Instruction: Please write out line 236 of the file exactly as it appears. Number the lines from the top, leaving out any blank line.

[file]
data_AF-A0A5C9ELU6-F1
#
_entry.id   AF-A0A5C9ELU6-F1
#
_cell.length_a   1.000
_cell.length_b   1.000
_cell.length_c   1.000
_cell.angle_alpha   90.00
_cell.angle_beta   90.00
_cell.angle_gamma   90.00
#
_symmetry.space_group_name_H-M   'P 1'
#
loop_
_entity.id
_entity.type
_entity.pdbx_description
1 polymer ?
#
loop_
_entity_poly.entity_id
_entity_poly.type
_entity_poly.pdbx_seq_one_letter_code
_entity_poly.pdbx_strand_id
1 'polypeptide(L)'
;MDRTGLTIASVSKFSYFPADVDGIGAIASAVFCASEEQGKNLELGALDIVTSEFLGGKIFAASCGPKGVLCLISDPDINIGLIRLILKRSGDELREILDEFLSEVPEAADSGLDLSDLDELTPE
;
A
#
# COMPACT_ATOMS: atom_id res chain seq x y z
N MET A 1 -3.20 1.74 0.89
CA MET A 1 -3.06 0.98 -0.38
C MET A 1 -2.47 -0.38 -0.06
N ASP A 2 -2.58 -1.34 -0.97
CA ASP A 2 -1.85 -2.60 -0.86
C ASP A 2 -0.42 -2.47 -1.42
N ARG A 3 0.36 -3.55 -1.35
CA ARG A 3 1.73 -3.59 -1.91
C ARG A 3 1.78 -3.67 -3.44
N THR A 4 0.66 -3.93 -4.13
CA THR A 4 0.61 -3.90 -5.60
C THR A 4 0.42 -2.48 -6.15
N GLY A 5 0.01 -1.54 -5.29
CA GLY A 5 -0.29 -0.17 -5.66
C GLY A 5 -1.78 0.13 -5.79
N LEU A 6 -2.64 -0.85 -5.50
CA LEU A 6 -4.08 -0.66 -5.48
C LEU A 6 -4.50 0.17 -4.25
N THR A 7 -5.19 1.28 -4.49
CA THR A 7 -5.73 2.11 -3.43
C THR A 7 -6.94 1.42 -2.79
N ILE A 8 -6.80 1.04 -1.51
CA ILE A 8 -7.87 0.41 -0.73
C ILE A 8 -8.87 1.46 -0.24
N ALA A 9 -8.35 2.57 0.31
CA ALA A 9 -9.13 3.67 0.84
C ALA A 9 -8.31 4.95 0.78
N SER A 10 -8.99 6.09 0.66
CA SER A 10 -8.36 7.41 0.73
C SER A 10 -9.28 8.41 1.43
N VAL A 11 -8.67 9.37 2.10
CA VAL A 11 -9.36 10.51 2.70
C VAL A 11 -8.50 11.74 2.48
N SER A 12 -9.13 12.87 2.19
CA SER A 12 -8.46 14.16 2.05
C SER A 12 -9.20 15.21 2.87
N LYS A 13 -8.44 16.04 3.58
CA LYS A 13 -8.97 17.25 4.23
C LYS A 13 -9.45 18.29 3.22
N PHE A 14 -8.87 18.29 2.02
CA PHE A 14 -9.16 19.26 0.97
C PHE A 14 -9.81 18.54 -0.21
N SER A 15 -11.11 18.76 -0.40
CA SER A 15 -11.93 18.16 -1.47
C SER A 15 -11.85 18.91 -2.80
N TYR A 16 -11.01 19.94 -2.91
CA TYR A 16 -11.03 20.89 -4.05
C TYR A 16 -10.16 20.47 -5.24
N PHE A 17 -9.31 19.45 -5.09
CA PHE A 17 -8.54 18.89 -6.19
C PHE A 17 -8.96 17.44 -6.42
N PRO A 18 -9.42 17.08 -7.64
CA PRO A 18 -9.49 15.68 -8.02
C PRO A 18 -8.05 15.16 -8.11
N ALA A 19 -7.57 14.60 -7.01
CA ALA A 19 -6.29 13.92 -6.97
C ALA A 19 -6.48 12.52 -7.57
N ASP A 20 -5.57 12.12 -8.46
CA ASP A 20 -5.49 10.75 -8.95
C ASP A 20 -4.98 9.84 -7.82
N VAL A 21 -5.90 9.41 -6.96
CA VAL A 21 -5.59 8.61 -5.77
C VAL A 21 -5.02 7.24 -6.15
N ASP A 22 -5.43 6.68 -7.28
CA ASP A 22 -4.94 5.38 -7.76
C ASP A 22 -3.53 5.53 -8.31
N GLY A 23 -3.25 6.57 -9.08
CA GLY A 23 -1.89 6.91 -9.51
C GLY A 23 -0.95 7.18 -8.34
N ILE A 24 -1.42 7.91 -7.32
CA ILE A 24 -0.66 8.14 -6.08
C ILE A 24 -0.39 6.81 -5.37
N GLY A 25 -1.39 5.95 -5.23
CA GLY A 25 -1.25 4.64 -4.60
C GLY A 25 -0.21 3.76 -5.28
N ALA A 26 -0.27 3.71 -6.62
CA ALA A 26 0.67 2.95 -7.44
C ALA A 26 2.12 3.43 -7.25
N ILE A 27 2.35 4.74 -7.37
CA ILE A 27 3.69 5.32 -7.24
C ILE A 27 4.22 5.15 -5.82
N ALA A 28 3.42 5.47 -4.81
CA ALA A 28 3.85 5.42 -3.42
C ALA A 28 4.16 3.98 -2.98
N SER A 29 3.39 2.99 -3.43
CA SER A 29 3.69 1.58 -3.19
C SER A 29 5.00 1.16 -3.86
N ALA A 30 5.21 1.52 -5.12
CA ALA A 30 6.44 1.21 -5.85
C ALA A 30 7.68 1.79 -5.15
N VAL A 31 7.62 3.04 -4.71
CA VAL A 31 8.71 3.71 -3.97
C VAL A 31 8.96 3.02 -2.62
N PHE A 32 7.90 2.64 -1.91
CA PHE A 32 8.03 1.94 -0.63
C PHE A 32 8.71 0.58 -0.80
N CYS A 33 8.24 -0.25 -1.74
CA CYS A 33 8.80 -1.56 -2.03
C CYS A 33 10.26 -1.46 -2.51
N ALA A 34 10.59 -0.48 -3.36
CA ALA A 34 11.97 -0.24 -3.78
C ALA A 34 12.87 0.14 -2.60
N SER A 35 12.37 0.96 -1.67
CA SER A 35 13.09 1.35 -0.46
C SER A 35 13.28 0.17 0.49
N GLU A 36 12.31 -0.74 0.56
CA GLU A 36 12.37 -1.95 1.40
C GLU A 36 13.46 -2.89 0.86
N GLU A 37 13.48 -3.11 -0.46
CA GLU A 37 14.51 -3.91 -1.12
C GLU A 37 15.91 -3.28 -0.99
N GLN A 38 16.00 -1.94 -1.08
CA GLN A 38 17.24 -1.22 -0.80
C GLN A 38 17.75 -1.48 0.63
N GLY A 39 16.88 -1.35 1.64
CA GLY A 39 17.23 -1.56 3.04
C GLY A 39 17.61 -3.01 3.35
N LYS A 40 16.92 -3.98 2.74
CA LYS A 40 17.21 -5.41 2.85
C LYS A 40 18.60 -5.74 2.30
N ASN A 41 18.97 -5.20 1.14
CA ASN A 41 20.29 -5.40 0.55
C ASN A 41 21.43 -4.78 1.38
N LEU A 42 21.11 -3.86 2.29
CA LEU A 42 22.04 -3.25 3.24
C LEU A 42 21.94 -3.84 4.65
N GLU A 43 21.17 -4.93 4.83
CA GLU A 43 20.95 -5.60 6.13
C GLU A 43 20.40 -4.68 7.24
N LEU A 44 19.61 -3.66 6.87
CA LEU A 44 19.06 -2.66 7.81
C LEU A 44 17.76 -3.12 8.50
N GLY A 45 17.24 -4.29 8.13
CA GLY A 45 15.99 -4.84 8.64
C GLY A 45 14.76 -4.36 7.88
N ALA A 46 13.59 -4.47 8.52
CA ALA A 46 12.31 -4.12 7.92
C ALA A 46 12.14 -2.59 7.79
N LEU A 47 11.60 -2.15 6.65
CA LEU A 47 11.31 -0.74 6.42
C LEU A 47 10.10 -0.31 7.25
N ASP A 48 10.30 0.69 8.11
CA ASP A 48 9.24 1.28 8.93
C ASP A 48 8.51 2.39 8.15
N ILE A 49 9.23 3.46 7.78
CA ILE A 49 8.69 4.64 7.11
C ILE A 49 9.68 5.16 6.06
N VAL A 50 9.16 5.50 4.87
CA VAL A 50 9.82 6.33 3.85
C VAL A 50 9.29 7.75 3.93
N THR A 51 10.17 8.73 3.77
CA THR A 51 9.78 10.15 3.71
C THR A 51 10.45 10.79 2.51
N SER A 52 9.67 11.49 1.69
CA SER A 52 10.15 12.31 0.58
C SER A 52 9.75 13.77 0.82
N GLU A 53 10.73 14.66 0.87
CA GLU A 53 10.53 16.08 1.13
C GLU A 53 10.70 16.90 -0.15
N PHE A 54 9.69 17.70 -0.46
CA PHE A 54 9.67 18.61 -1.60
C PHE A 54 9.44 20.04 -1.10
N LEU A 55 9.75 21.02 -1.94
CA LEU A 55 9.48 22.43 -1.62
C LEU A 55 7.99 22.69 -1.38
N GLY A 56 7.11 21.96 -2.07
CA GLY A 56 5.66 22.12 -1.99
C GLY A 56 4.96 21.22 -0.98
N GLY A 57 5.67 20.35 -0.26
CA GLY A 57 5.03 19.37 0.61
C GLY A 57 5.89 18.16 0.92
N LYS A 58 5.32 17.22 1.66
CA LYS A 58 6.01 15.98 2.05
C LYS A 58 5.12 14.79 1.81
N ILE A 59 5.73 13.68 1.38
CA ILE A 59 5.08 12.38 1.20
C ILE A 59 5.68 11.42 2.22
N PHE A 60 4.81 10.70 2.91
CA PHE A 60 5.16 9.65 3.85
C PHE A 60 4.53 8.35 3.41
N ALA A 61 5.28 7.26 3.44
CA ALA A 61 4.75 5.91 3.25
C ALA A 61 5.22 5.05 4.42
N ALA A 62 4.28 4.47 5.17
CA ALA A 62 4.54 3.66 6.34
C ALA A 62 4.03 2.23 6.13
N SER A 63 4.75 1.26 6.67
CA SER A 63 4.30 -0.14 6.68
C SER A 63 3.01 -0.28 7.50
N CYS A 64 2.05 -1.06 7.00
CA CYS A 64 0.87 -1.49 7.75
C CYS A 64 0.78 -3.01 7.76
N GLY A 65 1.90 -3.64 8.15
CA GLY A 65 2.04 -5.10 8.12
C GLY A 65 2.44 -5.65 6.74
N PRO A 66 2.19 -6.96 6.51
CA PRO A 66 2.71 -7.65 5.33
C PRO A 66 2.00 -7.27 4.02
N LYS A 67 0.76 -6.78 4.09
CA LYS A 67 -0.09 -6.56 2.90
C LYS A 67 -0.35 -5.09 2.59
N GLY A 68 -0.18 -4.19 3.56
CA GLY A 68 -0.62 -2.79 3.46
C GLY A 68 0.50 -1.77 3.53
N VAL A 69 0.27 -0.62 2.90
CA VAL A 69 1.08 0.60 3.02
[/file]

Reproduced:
CA VAL A 69 1.08 0.60 3.02